Broadcasting on ‘The Composer in Wartime’ in 1940, Vaughan Williams suggested that composers should write works for ‘combinations of all manner of instruments which might be played by people whiling away the waiting-hours of war’. He followed his own advice by composing in 1940/41 Household Music
: Three Preludes on Welsh Hymn Tunes
for string quartet, but he said that instead of strings there could be oboe, clarinet, flute, saxophone or cornet, or other equivalents at different pitches: bassoon, bass clarinet, recorder, B flat saxophone and euphonium. He also made an arrangement for medium-sized orchestra. The first performance, on 4 October 1941, was given in Wigmore Hall by the Blech String Quartet. The hymn tunes are ‘Crug-y-bar’, ‘St Denio’ and ‘Aberystwyth’ (eight variations on Joseph Parry’s tune). The scherzo on ‘St Denio’ is particularly engaging but the three melodies are all affectionately treated.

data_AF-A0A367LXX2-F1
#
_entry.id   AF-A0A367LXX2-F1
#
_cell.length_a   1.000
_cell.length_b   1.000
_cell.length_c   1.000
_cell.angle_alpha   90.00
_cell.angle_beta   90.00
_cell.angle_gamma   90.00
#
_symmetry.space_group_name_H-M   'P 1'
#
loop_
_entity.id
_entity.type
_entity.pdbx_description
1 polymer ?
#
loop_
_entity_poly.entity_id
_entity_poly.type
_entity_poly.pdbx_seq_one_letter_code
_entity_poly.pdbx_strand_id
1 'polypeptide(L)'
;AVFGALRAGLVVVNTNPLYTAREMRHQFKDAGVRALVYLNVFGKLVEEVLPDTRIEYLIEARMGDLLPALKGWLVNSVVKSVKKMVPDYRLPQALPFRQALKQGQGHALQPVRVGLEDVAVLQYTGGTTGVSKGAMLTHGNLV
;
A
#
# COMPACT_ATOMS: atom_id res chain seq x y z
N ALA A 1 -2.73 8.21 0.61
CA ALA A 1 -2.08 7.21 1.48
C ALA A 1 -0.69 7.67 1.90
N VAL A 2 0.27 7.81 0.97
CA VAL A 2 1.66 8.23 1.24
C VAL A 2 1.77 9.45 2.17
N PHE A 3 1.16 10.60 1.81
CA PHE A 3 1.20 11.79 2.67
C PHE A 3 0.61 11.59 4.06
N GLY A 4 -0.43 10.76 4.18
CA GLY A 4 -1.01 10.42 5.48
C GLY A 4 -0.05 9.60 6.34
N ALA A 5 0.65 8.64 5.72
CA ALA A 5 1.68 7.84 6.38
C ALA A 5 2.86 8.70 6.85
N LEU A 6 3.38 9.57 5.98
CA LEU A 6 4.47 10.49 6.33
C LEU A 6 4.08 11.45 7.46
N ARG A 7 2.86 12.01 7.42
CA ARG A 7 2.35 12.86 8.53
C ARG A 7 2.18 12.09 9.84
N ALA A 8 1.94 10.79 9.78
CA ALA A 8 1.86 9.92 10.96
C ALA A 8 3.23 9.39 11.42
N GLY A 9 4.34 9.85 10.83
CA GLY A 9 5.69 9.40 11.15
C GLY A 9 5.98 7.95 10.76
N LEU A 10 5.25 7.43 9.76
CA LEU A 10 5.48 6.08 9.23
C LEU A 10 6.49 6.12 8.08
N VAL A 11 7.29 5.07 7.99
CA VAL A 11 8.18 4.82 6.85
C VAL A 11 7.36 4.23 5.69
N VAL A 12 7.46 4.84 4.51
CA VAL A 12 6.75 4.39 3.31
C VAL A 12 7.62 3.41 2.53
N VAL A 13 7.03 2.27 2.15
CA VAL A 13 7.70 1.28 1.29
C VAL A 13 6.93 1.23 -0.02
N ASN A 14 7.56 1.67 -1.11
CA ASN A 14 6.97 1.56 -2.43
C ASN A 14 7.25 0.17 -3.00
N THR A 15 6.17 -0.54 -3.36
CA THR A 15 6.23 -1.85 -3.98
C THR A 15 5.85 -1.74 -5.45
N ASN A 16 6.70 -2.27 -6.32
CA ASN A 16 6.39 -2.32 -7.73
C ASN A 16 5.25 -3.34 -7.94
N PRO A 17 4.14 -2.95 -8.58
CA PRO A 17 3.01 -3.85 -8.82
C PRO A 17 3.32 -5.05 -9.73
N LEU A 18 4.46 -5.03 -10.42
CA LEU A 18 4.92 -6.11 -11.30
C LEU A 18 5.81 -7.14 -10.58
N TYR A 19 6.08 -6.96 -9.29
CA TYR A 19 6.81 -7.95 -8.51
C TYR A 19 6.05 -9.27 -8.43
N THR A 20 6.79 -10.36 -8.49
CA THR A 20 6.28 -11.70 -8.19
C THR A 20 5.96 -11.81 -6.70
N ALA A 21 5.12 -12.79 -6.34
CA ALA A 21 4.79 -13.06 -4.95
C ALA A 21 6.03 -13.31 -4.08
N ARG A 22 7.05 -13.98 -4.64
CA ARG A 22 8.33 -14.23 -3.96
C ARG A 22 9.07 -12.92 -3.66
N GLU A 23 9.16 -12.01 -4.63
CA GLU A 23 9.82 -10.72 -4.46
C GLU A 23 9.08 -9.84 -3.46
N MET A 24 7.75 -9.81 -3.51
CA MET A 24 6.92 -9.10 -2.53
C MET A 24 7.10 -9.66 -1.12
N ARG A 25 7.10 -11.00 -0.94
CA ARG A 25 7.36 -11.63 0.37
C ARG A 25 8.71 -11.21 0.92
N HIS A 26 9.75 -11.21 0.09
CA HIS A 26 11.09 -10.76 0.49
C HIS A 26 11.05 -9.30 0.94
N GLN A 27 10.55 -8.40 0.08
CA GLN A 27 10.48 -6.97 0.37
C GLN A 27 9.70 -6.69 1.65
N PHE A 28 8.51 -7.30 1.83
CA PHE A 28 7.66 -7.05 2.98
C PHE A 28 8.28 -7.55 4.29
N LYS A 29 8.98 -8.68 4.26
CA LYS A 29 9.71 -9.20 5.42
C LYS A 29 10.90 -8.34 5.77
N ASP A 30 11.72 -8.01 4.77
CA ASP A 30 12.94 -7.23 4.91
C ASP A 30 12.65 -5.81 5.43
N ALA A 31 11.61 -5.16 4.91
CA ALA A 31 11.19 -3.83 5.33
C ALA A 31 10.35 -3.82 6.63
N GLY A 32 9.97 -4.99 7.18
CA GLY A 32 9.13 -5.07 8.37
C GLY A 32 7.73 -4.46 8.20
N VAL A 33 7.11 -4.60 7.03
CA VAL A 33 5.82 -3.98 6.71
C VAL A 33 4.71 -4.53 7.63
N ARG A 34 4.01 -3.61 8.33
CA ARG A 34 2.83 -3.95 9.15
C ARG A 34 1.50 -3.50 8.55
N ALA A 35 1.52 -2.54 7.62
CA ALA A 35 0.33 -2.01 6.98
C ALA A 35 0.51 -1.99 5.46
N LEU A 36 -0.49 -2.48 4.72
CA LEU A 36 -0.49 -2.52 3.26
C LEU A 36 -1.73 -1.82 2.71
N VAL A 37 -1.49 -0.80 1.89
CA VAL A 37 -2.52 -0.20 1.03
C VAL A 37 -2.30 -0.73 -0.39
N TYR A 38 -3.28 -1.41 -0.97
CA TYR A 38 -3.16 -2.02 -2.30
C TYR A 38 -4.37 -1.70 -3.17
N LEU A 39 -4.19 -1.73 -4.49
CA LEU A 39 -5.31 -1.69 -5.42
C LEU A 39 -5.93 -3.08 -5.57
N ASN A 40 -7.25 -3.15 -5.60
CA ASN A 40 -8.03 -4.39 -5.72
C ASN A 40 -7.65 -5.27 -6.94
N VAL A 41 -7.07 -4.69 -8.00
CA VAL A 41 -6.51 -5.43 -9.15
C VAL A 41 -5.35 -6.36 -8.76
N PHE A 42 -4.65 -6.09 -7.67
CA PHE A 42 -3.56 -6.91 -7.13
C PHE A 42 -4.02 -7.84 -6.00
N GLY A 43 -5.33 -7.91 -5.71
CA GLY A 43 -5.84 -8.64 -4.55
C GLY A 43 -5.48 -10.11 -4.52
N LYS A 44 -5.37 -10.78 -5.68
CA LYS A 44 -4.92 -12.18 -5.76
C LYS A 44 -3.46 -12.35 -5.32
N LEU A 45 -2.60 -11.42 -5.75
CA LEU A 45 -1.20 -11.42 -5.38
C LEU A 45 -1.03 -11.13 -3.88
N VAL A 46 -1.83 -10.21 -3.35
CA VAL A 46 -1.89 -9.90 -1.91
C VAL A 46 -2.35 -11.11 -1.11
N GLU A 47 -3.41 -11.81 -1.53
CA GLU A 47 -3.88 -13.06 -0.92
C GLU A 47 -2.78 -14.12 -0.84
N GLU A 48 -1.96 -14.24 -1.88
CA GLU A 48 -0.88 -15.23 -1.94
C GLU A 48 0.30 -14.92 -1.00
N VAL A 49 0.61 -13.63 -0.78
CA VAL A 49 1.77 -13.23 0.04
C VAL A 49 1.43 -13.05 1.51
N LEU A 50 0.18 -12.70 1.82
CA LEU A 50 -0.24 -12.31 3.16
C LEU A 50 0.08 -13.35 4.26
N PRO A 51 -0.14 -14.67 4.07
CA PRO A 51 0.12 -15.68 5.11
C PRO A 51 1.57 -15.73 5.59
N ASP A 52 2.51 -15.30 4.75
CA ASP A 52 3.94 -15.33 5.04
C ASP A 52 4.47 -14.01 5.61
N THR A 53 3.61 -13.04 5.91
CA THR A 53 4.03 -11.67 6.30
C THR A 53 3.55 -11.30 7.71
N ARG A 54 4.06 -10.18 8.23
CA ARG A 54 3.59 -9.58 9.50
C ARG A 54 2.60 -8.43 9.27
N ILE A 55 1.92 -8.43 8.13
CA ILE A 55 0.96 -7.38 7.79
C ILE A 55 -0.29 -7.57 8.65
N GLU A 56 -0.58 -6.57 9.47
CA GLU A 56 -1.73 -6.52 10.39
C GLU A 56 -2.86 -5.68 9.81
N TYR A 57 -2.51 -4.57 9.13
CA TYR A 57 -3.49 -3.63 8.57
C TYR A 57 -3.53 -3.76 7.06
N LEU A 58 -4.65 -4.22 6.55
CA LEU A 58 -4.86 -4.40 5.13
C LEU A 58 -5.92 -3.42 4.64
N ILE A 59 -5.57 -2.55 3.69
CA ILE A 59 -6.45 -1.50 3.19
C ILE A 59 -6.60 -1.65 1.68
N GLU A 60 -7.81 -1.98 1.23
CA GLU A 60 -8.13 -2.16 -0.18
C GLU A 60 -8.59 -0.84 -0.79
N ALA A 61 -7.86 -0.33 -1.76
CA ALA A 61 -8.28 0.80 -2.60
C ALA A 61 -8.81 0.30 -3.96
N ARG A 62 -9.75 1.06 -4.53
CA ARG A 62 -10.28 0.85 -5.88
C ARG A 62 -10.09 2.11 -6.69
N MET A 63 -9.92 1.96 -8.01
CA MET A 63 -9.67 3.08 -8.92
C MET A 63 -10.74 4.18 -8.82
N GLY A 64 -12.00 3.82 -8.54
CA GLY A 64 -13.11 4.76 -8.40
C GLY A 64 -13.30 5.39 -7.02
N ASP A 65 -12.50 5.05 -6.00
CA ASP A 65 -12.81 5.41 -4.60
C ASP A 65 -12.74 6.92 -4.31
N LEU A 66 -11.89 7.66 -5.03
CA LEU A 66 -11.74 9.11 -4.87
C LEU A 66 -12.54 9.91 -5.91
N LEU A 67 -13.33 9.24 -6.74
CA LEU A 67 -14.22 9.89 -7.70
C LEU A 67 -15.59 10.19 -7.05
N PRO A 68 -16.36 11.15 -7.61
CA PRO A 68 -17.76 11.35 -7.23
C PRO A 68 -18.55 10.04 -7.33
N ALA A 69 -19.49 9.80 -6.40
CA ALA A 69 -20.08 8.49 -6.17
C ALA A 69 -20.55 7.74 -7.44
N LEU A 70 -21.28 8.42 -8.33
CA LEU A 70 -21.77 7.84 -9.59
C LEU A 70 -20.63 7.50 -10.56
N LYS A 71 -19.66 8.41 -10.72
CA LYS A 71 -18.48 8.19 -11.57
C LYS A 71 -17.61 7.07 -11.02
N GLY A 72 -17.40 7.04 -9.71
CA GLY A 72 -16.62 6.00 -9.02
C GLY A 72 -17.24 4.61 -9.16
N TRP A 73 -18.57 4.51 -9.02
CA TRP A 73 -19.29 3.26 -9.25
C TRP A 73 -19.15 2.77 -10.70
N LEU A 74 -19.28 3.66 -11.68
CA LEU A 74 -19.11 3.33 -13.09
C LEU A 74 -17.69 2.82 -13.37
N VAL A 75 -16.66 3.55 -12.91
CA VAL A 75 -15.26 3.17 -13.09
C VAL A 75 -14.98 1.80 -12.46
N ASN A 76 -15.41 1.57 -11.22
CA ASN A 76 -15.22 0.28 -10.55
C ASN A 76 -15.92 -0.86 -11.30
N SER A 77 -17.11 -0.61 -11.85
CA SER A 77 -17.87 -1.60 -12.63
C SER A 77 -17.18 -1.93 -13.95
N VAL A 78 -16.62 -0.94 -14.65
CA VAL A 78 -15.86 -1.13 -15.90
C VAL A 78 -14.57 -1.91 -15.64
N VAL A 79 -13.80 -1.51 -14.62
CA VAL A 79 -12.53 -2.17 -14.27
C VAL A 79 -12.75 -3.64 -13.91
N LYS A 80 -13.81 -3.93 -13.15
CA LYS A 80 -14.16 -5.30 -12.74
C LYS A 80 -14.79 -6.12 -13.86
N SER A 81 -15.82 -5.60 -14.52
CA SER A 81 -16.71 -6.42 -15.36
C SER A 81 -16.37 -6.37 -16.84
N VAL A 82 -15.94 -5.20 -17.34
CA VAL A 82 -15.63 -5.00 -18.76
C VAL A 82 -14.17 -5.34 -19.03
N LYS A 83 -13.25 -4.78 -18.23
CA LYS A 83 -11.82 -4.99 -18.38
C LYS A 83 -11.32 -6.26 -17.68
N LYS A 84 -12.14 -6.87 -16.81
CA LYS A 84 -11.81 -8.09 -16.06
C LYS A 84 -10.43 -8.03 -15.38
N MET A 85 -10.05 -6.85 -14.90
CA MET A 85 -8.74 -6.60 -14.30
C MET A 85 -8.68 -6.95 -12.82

from notes by Michael Kennedy © 2002